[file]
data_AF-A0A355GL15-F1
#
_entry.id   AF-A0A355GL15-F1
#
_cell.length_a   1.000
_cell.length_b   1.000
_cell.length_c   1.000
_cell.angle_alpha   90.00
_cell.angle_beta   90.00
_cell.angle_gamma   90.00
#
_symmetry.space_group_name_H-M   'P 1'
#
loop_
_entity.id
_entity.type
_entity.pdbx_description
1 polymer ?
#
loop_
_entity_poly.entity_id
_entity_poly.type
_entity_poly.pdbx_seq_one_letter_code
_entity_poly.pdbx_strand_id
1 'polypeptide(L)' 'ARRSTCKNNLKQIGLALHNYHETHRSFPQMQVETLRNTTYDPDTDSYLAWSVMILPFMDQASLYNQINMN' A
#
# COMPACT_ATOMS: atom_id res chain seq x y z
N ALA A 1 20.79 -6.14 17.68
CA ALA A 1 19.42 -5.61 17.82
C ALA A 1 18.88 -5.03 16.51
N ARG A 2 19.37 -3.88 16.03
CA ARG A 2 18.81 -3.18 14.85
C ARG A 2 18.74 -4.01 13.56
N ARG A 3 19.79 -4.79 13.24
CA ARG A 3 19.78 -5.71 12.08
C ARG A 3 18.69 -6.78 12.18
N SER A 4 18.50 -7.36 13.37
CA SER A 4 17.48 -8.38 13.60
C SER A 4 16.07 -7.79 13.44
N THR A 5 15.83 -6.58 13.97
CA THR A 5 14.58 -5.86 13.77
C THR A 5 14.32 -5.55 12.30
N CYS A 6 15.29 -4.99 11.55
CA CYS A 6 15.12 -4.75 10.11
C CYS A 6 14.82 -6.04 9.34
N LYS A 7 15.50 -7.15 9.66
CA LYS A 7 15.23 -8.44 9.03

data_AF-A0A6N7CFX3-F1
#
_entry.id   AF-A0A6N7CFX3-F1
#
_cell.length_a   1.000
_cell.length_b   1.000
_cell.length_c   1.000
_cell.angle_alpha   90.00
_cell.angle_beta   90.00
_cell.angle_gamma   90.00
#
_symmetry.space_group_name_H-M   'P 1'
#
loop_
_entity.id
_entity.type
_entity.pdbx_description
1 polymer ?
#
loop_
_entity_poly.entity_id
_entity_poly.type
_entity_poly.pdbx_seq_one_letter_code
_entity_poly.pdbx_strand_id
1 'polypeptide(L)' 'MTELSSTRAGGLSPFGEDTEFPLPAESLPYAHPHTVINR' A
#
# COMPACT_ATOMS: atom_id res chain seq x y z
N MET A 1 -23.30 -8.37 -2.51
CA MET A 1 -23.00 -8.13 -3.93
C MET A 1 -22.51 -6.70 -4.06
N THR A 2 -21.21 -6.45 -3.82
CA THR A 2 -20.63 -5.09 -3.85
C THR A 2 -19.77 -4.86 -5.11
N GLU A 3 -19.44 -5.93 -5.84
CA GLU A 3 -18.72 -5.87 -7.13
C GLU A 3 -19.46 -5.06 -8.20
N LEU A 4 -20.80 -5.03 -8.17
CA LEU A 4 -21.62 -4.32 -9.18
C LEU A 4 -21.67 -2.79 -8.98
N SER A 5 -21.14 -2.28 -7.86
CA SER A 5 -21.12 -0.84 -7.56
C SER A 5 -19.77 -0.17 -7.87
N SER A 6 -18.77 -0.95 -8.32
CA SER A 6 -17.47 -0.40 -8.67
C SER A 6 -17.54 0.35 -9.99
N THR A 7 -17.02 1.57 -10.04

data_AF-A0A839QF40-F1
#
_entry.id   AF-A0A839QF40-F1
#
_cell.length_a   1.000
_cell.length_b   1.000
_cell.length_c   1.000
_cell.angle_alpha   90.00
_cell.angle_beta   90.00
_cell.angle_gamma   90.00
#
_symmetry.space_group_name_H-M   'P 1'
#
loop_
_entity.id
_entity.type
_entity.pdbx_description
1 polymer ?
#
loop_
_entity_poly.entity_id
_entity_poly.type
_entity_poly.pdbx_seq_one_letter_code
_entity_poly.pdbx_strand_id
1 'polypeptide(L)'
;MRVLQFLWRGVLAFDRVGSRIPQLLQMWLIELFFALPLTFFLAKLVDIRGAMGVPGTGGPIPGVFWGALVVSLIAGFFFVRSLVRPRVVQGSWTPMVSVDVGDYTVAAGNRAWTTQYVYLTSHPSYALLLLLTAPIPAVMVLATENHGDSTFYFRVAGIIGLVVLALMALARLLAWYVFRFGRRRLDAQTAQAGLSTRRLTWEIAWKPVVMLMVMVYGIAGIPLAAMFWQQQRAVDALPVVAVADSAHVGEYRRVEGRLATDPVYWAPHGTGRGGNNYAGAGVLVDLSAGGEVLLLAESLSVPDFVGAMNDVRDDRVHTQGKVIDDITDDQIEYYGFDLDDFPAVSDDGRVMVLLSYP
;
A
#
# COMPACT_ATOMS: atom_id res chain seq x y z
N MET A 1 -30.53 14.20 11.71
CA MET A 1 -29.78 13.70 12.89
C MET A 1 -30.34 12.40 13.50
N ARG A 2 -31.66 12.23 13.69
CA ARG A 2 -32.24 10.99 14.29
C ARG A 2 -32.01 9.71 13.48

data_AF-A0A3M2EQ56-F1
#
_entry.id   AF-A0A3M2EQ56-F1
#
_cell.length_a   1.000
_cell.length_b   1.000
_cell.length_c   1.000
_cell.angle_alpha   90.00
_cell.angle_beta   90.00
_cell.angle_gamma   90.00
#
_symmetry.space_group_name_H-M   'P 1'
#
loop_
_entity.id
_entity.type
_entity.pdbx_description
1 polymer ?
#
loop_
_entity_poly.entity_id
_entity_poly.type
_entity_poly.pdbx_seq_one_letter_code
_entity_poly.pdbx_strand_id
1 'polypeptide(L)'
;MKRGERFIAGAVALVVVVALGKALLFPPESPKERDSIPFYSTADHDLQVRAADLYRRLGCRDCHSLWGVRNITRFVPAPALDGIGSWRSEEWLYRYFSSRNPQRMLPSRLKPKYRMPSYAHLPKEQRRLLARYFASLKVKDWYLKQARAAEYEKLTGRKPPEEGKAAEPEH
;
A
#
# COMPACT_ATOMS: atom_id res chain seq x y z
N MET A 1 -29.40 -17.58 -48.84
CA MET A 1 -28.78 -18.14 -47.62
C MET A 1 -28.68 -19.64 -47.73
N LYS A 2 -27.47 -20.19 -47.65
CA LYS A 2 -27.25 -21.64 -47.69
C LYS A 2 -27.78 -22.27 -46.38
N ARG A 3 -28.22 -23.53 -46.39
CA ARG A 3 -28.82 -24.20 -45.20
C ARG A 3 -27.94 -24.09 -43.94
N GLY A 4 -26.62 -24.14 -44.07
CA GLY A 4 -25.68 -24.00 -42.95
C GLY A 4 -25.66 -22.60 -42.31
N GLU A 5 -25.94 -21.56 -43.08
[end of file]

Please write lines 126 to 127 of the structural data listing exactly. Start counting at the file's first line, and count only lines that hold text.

C MET A 1 -30.34 12.40 13.50
N ARG A 2 -31.66 12.23 13.69